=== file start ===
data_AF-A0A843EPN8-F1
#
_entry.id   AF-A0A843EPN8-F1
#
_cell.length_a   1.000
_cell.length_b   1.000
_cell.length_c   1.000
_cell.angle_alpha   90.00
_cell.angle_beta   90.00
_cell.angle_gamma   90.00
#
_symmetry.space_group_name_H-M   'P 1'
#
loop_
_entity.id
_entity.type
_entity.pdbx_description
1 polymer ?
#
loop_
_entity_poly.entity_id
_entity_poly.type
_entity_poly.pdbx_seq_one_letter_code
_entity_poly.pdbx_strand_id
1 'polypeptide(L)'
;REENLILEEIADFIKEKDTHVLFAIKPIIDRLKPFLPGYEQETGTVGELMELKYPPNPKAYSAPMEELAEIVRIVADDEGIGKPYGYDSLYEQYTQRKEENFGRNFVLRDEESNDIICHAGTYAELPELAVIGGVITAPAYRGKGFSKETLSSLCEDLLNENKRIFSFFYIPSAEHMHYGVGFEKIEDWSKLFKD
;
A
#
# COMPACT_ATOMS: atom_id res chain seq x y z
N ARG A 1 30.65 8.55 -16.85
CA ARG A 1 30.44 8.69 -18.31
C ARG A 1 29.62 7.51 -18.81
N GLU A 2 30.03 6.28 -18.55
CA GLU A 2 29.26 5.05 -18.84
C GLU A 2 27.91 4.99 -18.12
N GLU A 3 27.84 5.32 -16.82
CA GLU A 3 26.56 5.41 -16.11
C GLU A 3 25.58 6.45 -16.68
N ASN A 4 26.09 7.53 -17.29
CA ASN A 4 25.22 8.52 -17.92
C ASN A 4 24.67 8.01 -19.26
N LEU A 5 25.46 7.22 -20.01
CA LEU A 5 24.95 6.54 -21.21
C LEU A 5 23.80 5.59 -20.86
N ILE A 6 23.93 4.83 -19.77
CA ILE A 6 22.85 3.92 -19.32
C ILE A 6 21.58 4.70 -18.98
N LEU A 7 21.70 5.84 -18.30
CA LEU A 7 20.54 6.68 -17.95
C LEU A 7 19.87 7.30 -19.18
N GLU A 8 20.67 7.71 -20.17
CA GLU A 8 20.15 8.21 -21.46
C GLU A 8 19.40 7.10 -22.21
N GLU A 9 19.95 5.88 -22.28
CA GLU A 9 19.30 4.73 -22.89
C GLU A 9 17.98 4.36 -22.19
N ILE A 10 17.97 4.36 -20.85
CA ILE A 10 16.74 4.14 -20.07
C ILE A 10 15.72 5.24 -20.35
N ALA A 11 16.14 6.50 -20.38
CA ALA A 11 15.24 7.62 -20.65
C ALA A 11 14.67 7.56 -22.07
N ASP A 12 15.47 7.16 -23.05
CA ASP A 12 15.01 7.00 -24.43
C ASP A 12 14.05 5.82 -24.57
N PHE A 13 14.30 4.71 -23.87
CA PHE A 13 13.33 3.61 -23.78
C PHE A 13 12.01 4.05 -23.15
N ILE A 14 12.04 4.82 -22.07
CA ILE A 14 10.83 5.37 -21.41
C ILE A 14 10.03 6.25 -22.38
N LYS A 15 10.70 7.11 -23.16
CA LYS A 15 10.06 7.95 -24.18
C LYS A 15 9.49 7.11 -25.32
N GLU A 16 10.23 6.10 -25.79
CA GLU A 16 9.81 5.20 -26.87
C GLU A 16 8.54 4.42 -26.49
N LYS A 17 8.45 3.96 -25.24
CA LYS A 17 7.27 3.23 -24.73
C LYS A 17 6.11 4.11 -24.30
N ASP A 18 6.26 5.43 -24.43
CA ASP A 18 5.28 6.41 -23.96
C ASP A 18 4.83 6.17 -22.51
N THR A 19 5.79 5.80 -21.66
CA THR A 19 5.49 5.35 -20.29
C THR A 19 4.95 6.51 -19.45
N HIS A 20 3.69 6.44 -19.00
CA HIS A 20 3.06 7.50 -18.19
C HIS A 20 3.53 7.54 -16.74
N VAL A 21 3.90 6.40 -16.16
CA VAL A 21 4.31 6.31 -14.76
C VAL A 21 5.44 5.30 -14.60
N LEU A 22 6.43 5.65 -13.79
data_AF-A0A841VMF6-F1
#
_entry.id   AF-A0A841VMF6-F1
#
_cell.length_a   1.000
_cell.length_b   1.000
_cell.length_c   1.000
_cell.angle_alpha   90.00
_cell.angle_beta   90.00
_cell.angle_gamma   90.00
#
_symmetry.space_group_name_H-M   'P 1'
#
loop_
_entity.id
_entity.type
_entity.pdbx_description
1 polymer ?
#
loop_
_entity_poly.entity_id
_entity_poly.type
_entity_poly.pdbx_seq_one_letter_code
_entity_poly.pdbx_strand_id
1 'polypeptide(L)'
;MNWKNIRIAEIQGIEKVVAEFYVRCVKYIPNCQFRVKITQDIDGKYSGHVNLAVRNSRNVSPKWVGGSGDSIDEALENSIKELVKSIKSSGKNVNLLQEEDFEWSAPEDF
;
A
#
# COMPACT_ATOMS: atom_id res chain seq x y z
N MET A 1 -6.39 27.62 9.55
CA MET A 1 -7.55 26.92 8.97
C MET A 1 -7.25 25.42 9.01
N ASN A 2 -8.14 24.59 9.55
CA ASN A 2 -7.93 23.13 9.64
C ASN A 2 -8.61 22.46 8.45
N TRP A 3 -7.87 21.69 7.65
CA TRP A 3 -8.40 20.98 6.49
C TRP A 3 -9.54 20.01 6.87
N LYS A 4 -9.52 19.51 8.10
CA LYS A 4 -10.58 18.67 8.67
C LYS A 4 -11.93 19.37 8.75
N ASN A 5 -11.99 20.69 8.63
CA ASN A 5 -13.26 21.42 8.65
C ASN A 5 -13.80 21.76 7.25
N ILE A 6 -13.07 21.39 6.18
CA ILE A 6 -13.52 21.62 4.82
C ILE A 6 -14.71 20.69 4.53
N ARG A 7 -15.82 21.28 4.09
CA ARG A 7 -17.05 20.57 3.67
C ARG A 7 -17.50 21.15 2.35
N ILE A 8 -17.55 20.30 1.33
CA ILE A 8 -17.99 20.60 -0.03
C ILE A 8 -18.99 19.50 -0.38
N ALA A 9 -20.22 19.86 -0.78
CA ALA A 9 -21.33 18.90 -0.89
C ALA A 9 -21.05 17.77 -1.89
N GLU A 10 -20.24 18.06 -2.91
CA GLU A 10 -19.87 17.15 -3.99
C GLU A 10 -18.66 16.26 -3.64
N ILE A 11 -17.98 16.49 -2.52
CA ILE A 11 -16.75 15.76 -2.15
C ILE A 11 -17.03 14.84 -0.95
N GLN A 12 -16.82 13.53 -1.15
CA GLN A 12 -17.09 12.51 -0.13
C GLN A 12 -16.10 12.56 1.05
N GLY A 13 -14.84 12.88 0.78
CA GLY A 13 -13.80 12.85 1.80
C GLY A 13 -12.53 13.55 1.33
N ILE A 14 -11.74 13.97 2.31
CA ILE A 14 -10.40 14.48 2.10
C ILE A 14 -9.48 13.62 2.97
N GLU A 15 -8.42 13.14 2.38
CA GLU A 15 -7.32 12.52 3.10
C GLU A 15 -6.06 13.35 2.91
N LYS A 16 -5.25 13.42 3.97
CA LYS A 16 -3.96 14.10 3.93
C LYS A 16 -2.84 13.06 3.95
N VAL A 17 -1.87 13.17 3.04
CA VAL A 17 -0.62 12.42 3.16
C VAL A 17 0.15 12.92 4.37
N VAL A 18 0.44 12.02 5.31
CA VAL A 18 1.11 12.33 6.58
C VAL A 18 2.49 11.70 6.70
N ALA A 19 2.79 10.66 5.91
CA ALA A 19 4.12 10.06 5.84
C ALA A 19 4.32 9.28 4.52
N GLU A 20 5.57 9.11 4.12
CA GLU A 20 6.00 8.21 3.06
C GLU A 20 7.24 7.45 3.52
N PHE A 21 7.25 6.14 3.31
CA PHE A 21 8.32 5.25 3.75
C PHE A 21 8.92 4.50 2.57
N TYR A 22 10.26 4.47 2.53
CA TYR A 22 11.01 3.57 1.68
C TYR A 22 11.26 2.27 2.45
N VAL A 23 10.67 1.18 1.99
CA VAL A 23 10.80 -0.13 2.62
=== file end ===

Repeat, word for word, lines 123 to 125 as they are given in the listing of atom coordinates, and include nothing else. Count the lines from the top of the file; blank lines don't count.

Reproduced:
#
# COMPACT_ATOMS: atom_id res chain seq x y z
N MET A 1 -6.39 27.62 9.55